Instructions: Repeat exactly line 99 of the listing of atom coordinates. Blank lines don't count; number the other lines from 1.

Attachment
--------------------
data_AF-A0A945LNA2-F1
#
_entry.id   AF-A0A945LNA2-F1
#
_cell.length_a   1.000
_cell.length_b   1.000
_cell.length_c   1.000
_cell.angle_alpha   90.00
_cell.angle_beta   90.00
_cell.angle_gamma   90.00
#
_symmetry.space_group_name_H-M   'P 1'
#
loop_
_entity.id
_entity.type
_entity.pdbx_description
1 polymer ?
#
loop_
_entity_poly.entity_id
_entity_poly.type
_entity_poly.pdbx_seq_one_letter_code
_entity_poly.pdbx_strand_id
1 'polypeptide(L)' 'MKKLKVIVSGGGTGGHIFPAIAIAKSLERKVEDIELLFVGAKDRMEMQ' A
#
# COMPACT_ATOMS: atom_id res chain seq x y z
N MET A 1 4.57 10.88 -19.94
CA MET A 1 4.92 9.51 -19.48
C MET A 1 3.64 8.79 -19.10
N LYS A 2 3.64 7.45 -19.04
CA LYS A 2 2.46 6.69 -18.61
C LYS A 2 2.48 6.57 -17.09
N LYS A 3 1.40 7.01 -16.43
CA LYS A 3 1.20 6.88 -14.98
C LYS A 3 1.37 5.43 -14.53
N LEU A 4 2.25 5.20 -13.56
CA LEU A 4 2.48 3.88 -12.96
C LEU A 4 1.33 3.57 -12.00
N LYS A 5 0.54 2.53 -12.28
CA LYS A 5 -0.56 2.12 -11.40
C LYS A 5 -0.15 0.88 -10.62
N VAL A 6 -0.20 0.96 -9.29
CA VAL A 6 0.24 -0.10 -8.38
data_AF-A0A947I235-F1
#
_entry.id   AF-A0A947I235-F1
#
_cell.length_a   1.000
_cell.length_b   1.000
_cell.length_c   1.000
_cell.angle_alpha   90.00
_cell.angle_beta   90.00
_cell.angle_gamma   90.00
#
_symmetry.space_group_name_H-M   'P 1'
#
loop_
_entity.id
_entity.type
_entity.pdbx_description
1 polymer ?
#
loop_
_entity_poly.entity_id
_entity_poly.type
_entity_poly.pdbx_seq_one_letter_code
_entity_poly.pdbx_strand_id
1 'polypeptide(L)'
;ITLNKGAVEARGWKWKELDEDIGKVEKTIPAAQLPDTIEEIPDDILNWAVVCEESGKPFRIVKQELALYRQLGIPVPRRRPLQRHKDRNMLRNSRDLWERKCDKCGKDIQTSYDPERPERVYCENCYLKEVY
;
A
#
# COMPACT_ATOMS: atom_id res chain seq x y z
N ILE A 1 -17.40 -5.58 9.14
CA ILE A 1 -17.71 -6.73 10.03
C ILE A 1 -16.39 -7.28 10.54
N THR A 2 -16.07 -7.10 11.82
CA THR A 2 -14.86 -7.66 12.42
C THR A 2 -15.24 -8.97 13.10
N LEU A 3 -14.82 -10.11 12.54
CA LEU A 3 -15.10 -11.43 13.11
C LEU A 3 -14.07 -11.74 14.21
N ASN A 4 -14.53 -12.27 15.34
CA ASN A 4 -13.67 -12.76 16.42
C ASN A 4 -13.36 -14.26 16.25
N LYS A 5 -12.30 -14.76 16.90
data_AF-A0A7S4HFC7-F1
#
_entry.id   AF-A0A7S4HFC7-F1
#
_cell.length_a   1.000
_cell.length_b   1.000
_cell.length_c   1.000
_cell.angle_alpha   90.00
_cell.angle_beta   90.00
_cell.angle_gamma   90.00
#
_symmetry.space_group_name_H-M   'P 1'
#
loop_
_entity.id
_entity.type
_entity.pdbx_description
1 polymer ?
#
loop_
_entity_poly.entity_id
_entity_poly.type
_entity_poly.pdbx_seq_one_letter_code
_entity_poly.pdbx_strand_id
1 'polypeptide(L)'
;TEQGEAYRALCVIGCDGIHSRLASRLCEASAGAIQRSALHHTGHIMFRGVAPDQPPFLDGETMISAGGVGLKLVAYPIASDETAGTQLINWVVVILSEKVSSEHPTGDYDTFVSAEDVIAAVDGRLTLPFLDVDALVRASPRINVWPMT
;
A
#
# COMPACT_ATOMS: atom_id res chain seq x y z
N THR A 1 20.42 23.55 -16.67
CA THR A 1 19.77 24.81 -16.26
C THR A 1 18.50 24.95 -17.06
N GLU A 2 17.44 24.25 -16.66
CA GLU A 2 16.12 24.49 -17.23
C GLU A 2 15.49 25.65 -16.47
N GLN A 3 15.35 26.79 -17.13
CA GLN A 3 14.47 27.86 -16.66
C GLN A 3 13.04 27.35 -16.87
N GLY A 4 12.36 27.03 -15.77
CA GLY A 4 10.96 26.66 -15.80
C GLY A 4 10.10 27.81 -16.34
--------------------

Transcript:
_symmetry.space_group_name_H-M   'P 1'